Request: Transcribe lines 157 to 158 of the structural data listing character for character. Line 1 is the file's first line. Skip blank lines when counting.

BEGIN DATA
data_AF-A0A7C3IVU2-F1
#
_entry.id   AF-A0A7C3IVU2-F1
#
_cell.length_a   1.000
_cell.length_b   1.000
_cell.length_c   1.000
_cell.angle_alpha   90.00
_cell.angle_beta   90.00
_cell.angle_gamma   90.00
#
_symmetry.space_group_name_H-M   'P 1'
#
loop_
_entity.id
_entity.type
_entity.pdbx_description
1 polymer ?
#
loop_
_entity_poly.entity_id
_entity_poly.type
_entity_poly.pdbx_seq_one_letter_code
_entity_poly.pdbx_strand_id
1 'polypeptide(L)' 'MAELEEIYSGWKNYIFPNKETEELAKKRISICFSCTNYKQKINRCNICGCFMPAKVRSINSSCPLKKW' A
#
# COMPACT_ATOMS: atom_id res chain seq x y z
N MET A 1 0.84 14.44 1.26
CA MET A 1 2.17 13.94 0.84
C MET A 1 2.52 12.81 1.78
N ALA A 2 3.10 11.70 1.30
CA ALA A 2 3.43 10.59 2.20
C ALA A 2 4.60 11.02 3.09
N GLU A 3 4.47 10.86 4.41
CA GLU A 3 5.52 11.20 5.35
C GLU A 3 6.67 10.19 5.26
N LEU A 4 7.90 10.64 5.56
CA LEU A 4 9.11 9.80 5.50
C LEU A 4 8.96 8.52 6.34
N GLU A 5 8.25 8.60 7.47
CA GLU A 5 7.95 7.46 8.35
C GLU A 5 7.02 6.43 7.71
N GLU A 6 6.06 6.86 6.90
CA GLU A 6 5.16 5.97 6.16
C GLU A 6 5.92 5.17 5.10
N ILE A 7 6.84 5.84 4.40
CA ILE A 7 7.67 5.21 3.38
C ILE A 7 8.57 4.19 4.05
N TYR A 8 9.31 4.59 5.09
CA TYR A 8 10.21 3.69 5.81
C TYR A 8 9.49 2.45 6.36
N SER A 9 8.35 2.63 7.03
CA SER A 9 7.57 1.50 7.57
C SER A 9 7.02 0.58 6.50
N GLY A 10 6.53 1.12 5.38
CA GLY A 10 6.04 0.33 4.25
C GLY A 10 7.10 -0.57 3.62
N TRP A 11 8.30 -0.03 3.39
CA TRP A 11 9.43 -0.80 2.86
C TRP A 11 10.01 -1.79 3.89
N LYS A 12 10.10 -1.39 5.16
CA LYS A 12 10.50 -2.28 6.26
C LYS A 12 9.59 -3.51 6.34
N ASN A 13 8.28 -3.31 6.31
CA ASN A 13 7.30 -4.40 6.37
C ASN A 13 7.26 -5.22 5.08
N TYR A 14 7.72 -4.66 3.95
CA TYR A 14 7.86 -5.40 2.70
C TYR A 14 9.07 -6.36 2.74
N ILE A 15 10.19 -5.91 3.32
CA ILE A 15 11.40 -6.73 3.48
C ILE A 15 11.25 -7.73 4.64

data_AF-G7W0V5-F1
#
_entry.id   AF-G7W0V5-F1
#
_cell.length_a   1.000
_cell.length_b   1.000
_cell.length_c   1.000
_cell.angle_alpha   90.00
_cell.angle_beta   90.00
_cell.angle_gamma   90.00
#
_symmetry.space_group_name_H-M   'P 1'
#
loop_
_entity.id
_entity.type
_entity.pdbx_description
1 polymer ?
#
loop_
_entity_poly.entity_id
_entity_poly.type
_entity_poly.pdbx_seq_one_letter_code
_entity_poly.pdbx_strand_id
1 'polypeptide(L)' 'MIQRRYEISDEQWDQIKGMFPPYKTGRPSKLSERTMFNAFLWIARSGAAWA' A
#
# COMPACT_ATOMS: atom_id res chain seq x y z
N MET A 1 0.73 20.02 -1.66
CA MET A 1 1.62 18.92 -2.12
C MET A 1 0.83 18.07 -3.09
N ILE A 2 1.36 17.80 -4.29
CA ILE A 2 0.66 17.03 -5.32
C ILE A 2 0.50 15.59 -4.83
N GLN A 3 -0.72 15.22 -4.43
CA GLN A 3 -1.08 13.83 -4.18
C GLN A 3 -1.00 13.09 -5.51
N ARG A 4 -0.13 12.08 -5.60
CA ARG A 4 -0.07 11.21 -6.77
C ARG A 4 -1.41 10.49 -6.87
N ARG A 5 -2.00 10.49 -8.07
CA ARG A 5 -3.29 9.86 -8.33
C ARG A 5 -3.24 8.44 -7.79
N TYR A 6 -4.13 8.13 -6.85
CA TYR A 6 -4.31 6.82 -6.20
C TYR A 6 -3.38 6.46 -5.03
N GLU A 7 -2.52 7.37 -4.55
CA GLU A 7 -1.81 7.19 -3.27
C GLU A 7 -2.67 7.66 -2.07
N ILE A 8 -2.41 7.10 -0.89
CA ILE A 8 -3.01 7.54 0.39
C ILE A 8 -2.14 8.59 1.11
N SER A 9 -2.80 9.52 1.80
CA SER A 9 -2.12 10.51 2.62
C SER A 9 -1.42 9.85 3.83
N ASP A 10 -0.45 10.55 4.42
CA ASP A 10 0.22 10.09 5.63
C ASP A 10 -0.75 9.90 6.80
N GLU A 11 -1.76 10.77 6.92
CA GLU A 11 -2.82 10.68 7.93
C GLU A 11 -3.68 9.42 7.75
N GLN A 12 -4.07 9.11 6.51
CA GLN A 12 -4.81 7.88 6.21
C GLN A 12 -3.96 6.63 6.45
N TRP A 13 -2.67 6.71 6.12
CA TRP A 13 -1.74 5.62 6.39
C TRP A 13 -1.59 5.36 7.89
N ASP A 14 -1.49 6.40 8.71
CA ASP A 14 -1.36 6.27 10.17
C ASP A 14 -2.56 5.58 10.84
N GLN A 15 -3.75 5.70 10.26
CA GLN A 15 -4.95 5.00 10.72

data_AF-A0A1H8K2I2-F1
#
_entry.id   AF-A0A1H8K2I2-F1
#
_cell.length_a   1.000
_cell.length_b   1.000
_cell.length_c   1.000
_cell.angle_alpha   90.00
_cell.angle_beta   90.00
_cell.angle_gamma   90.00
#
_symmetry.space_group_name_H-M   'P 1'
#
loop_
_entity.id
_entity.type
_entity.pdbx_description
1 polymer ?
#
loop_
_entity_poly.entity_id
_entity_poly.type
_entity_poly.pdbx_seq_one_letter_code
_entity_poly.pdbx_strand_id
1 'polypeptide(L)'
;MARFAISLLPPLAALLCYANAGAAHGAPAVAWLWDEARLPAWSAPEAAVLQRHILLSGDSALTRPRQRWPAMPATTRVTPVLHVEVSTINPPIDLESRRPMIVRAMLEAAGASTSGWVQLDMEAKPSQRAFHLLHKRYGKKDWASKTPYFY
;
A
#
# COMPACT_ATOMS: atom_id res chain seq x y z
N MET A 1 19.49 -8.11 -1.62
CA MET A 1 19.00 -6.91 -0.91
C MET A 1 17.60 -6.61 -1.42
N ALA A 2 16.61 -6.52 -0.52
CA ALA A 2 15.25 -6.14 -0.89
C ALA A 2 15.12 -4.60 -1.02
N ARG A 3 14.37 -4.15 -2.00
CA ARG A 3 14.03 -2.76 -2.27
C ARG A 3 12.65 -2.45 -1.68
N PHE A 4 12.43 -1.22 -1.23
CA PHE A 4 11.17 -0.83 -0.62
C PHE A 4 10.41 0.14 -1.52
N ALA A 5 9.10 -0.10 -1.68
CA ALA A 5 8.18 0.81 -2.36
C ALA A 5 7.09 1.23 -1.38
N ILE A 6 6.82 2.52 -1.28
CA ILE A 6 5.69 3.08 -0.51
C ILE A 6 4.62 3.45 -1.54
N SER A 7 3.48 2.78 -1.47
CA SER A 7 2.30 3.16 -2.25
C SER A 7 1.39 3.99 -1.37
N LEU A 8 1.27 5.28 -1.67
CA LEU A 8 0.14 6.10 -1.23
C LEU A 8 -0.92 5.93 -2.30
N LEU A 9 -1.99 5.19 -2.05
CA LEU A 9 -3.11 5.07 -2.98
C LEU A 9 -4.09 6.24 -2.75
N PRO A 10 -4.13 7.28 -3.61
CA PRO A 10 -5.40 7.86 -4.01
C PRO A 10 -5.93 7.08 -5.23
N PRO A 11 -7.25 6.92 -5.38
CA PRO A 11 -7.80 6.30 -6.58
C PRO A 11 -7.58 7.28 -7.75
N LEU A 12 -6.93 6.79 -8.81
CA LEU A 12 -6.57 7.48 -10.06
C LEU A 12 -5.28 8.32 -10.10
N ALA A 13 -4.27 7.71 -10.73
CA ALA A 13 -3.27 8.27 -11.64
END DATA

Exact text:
loop_
_entity.id